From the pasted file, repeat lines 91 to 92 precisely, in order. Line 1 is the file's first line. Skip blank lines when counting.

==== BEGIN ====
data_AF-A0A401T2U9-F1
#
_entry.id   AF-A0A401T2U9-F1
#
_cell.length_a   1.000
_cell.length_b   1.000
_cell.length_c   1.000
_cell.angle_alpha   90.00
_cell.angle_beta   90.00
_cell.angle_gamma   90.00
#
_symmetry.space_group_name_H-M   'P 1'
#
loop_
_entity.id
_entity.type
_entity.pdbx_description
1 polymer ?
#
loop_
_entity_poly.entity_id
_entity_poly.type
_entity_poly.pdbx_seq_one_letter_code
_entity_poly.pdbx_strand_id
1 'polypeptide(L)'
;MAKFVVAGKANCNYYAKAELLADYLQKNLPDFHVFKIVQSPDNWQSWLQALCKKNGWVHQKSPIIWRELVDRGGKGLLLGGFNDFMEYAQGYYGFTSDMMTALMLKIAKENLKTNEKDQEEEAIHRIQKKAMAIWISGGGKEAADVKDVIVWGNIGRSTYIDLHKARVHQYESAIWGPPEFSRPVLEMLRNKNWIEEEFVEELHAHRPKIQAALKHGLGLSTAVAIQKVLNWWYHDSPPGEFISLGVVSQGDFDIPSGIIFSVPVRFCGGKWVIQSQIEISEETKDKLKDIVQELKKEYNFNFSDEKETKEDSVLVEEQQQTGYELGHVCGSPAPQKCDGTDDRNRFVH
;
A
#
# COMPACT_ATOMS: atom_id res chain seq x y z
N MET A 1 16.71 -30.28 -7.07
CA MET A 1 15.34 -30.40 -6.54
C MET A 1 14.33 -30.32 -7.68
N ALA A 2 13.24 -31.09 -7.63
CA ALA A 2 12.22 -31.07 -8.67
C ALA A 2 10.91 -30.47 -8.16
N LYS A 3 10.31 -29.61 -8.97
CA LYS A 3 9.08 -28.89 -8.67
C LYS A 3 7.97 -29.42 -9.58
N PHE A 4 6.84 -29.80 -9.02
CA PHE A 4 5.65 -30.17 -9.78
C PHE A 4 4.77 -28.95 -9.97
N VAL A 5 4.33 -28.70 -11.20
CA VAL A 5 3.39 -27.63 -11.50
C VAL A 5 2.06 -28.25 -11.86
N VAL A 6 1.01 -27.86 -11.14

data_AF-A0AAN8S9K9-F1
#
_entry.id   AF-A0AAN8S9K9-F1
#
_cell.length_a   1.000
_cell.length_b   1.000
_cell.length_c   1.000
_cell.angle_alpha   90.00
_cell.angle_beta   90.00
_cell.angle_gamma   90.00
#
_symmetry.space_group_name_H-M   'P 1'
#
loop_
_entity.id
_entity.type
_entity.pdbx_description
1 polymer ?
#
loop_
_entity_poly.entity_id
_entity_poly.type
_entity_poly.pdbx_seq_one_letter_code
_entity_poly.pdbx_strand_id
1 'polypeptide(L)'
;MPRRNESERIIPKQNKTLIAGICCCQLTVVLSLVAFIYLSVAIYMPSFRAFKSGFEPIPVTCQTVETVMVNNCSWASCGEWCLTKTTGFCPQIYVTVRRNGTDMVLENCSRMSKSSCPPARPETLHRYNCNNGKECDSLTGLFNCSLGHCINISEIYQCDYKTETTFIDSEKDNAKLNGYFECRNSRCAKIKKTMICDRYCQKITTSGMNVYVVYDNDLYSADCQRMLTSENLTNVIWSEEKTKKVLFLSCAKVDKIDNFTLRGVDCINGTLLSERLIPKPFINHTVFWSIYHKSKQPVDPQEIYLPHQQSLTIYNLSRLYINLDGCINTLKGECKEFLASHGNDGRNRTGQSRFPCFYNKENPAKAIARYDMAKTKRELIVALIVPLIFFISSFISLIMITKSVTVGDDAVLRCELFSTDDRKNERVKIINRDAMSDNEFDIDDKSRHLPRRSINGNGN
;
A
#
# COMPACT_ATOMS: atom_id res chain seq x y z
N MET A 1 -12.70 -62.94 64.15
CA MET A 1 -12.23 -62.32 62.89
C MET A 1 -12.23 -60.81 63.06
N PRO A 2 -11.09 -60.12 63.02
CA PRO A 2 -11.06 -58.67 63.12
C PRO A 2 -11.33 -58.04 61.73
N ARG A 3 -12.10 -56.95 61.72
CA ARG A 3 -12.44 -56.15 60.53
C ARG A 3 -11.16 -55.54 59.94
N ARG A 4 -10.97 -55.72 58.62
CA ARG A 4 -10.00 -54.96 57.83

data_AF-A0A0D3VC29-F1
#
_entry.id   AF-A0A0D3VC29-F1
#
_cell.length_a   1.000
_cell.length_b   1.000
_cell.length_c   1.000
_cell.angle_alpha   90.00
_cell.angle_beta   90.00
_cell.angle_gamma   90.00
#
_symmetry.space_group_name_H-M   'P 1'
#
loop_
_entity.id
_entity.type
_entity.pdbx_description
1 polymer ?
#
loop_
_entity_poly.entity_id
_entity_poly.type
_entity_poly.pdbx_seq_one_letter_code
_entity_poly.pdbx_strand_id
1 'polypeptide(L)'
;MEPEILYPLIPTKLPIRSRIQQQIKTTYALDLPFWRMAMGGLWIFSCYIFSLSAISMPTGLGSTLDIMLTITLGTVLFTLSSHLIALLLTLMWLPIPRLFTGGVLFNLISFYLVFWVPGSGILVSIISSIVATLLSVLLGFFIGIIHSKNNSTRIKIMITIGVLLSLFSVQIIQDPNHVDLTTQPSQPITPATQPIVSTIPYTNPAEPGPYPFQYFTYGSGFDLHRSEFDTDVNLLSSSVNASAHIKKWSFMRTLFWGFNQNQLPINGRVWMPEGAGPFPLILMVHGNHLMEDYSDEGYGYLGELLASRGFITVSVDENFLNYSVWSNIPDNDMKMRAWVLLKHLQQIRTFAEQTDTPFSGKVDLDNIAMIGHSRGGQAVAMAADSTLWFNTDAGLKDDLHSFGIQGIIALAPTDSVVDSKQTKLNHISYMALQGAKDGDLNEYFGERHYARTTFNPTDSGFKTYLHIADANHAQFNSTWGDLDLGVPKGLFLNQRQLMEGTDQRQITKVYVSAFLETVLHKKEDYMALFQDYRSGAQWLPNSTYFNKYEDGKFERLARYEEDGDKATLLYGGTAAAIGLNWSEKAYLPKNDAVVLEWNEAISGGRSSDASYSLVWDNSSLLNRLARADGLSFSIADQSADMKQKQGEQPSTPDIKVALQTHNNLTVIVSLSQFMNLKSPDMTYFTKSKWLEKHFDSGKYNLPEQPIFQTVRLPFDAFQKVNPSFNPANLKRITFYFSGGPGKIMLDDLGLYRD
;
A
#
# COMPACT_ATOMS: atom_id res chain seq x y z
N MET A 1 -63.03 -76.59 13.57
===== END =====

#
_cell.length_a   1.000